In September 2019, we already talked about how the American authorities did not disregard the release of Edward Snowden's memoirs, called the Permanent Record. Interestingly, the authorities did not try to prevent the book from being distributed; instead, the US Department of Justice filed a civil lawsuit against Snowden for violating the non-disclosure agreements that he had once signed with the NSA and the CIA.
In accordance with these documents, Snowden had to submit the book for consideration and approval by the US government before publication. This item is standard in government contracts and is designed specifically to prevent the disclosure of classified information by former agents in their memoirs and works of art.
The Ministry of Justice did not try to block the distribution of the book itself, but asked the court to transfer to the authorities all the proceeds from its sales.
Virginia Federal Court This Week made a decision: the judge agreed with the opinion of the American authorities and considered that Edward Snowden had really violated non-disclosure agreements with the NSA and the CIA, which means that he does not have the right to earn an autobiography.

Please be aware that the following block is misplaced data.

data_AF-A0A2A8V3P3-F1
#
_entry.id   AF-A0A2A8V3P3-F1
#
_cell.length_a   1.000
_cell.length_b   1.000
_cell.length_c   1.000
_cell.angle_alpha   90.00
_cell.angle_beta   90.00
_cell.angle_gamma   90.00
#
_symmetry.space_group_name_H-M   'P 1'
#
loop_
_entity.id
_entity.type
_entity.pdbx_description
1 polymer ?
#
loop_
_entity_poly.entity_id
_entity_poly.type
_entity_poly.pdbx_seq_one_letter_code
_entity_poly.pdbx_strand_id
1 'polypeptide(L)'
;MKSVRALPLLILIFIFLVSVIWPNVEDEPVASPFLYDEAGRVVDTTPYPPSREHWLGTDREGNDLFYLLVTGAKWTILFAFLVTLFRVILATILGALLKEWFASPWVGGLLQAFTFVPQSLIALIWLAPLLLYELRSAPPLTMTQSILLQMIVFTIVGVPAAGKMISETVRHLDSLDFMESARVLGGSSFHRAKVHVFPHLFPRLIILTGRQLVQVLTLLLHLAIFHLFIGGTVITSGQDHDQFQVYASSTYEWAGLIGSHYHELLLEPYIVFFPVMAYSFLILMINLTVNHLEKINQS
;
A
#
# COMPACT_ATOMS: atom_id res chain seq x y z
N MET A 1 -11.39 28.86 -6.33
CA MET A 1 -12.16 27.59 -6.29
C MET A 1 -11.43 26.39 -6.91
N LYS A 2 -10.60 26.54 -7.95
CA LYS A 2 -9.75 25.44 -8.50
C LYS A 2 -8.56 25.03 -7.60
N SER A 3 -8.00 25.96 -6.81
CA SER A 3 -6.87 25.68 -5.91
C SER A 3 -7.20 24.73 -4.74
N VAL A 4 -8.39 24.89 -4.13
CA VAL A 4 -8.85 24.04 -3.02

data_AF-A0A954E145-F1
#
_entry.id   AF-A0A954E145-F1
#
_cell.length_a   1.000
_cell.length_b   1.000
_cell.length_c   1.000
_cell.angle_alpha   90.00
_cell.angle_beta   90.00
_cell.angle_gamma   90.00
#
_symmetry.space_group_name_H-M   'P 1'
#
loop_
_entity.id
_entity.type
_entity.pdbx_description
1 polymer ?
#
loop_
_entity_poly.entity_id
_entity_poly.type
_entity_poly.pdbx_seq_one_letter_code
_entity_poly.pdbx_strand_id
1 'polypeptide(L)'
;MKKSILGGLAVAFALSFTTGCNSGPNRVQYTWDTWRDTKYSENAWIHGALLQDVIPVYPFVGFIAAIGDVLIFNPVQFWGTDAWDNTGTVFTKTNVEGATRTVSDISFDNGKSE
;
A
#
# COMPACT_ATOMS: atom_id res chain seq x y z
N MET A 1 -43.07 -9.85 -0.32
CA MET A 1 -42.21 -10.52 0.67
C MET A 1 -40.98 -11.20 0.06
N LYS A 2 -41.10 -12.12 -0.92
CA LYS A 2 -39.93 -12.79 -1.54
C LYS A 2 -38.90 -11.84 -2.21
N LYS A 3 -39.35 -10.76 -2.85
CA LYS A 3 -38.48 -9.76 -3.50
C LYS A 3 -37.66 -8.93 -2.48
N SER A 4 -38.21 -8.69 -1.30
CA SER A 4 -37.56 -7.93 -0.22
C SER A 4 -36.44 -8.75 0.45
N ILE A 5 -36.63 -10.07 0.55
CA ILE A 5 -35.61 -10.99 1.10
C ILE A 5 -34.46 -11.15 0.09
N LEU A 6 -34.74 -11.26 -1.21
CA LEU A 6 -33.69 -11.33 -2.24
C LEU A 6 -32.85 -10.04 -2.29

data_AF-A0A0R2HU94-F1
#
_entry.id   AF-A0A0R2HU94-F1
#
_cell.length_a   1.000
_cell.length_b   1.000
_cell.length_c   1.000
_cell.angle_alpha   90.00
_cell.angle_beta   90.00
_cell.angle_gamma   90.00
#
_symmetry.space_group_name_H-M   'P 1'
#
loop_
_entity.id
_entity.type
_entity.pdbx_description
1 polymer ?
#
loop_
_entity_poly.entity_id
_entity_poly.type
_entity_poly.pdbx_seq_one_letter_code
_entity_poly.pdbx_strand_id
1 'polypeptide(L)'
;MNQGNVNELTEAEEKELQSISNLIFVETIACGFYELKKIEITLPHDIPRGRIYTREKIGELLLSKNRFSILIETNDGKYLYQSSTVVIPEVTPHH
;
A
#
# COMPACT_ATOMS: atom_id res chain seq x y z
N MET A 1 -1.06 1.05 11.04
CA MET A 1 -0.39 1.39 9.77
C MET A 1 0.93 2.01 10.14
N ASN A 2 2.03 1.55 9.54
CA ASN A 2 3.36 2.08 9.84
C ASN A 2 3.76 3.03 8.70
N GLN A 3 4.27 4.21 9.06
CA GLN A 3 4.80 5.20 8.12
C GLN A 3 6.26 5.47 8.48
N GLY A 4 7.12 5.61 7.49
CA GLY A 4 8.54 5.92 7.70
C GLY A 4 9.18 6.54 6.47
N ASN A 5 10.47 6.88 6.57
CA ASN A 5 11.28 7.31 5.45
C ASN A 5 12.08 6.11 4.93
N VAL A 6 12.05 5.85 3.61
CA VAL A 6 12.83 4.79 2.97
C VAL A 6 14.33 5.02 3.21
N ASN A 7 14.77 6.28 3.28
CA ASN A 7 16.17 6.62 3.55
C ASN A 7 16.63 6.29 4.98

According to court documents, Snowden signed three non-disclosure agreements with the CIA (in November 2005, August 2006 and April 2009). He also signed three non-disclosure agreements with the NSA (in July 2005, May 2009 and March 2013). According to the judge, all of these documents explicitly required Snowden to attend to a preliminary review of the book before publication.
In addition, the US government claimed that Snowden violated his agreements by publicly speaking via video link at TED conferences and at various universities. The judge ruled that the government is also entitled to any income from these public statements by Snowden, although it is unclear how this can be realized.
“During each of these events, Snowden had to demonstrate and discuss, among other things, at least one slide that was marked as highly classified, and other CIA and NSA activities related to intelligence,” the judge writes. “He never handed over materials and slides for preliminary consideration to the CIA or the NSA, never received written permission for his public statements and publication of slides.”
Representatives of the American Civil Liberties Union (ACLU) and Snowden lawyers have already commented on the court decision for journalists Gizmodo:
“It is strange to suppose that the authorities would conscientiously consider Mr. Snowden’s book or other materials presented to him. For this reason, Mr. Snowden chose to risk his future fees, but not expose his work to inappropriate government censorship.
"We do not agree with the court’s decision and will consider options (further actions), but it’s more clear than ever that an unfair and opaque system of preliminary review of publications affecting millions of former government officials needs serious reforms.”